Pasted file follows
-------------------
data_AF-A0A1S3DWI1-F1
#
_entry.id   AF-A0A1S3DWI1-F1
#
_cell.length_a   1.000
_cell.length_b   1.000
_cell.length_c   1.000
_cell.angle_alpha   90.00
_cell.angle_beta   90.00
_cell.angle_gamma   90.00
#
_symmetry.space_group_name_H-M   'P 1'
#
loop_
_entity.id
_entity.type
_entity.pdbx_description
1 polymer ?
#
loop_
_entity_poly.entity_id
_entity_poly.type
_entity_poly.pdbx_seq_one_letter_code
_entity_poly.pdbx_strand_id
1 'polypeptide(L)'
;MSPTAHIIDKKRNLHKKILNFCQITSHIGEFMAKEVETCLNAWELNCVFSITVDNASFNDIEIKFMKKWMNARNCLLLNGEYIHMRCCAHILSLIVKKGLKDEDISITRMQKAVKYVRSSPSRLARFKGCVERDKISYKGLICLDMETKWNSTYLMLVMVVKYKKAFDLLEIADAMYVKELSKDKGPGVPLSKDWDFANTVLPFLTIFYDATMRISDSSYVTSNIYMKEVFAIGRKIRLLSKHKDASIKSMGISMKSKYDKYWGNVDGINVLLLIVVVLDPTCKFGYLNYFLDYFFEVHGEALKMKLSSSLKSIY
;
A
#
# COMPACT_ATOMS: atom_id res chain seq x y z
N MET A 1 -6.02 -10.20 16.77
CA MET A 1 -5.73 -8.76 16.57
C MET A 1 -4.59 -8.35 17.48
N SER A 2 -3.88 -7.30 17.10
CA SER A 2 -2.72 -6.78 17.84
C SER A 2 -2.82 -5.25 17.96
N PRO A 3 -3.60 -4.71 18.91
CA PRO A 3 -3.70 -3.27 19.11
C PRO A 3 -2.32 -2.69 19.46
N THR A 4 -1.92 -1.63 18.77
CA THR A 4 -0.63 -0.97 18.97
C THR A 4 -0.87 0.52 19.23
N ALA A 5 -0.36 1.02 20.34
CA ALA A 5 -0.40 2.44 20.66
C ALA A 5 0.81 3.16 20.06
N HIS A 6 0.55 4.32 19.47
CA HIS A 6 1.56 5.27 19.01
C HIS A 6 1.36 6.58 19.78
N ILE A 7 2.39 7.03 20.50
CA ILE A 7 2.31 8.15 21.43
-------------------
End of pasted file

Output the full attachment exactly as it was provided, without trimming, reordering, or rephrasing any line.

data_AF-A0A1S3DWI1-F1
#
_entry.id   AF-A0A1S3DWI1-F1
#
_cell.length_a   1.000
_cell.length_b   1.000
_cell.length_c   1.000
_cell.angle_alpha   90.00
_cell.angle_beta   90.00
_cell.angle_gamma   90.00
#
_symmetry.space_group_name_H-M   'P 1'
#
loop_
_entity.id
_entity.type
_entity.pdbx_description
1 polymer ?
#
loop_
_entity_poly.entity_id
_entity_poly.type
_entity_poly.pdbx_seq_one_letter_code
_entity_poly.pdbx_strand_id
1 'polypeptide(L)'
;MSPTAHIIDKKRNLHKKILNFCQITSHIGEFMAKEVETCLNAWELNCVFSITVDNASFNDIEIKFMKKWMNARNCLLLNGEYIHMRCCAHILSLIVKKGLKDEDISITRMQKAVKYVRSSPSRLARFKGCVERDKISYKGLICLDMETKWNSTYLMLVMVVKYKKAFDLLEIADAMYVKELSKDKGPGVPLSKDWDFANTVLPFLTIFYDATMRISDSSYVTSNIYMKEVFAIGRKIRLLSKHKDASIKSMGISMKSKYDKYWGNVDGINVLLLIVVVLDPTCKFGYLNYFLDYFFEVHGEALKMKLSSSLKSIY
;
A
#
# COMPACT_ATOMS: atom_id res chain seq x y z
N MET A 1 -6.02 -10.20 16.77
CA MET A 1 -5.73 -8.76 16.57
C MET A 1 -4.59 -8.35 17.48
N SER A 2 -3.88 -7.30 17.10
CA SER A 2 -2.72 -6.78 17.84
C SER A 2 -2.82 -5.25 17.96
N PRO A 3 -3.60 -4.71 18.91
CA PRO A 3 -3.70 -3.27 19.11
C PRO A 3 -2.32 -2.69 19.46
N THR A 4 -1.92 -1.63 18.77
CA THR A 4 -0.63 -0.97 18.97
C THR A 4 -0.87 0.52 19.23
N ALA A 5 -0.36 1.02 20.34
CA ALA A 5 -0.40 2.44 20.66
C ALA A 5 0.81 3.16 20.06
N HIS A 6 0.55 4.32 19.47
CA HIS A 6 1.56 5.27 19.01
C HIS A 6 1.36 6.58 19.78
N ILE A 7 2.39 7.03 20.50
CA ILE A 7 2.31 8.15 21.43